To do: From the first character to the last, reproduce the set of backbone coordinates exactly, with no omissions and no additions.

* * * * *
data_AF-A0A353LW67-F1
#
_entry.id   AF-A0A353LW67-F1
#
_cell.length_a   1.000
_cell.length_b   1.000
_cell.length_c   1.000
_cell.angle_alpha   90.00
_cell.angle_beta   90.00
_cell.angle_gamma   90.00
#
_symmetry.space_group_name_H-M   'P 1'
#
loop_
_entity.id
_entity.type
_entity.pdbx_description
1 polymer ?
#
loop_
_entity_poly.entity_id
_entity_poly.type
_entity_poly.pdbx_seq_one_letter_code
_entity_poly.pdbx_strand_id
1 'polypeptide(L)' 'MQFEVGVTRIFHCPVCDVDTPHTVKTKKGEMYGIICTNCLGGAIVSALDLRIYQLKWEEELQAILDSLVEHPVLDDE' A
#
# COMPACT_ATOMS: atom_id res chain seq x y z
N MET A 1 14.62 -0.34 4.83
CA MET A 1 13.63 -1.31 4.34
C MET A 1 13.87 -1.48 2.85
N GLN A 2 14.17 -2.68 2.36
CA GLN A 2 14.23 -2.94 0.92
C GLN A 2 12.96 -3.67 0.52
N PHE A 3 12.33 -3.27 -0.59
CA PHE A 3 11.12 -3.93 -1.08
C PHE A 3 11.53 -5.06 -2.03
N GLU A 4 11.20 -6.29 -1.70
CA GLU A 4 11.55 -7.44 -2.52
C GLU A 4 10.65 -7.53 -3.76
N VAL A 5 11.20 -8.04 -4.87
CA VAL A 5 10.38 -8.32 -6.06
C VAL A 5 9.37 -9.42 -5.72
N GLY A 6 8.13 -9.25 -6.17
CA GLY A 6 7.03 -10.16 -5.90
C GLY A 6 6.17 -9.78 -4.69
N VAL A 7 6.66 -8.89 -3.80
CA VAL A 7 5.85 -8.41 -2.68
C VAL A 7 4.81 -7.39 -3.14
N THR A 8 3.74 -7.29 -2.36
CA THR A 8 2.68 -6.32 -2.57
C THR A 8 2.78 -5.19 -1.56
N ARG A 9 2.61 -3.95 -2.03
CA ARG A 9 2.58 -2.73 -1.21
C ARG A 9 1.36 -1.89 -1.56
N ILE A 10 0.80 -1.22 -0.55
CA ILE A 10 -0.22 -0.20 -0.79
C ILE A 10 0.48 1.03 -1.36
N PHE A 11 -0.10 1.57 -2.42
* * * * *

data_AF-A0A353LW67-F1
#
_entry.id   AF-A0A353LW67-F1
#
_cell.length_a   1.000
_cell.length_b   1.000
_cell.length_c   1.000
_cell.angle_alpha   90.00
_cell.angle_beta   90.00
_cell.angle_gamma   90.00
#
_symmetry.space_group_name_H-M   'P 1'
#
loop_
_entity.id
_entity.type
_entity.pdbx_description
1 polymer ?
#
loop_
_entity_poly.entity_id
_entity_poly.type
_entity_poly.pdbx_seq_one_letter_code
_entity_poly.pdbx_strand_id
1 'polypeptide(L)' 'MQFEVGVTRIFHCPVCDVDTPHTVKTKKGEMYGIICTNCLGGAIVSALDLRIYQLKWEEELQAILDSLVEHPVLDDE' A
#
# COMPACT_ATOMS: atom_id res chain seq x y z
N MET A 1 14.62 -0.34 4.83
CA MET A 1 13.63 -1.31 4.34
C MET A 1 13.87 -1.48 2.85
N GLN A 2 14.17 -2.68 2.36
CA GLN A 2 14.23 -2.94 0.92
C GLN A 2 12.96 -3.67 0.52
N PHE A 3 12.33 -3.27 -0.59
CA PHE A 3 11.12 -3.93 -1.08
C PHE A 3 11.53 -5.06 -2.03
N GLU A 4 11.20 -6.29 -1.70
CA GLU A 4 11.55 -7.44 -2.52
C GLU A 4 10.65 -7.53 -3.76
N VAL A 5 11.20 -8.04 -4.87
CA VAL A 5 10.38 -8.32 -6.06
C VAL A 5 9.37 -9.42 -5.72
N GLY A 6 8.13 -9.25 -6.17
CA GLY A 6 7.03 -10.16 -5.90
C GLY A 6 6.17 -9.78 -4.69
N VAL A 7 6.66 -8.89 -3.80
CA VAL A 7 5.85 -8.41 -2.68
C VAL A 7 4.81 -7.39 -3.14
N THR A 8 3.74 -7.29 -2.36
CA THR A 8 2.68 -6.32 -2.57
C THR A 8 2.78 -5.19 -1.56
N ARG A 9 2.61 -3.95 -2.03
CA ARG A 9 2.58 -2.73 -1.21
C ARG A 9 1.36 -1.89 -1.56
N ILE A 10 0.80 -1.22 -0.55
CA ILE A 10 -0.22 -0.20 -0.79
C ILE A 10 0.48 1.03 -1.36
N PHE A 11 -0.10 1.57 -2.42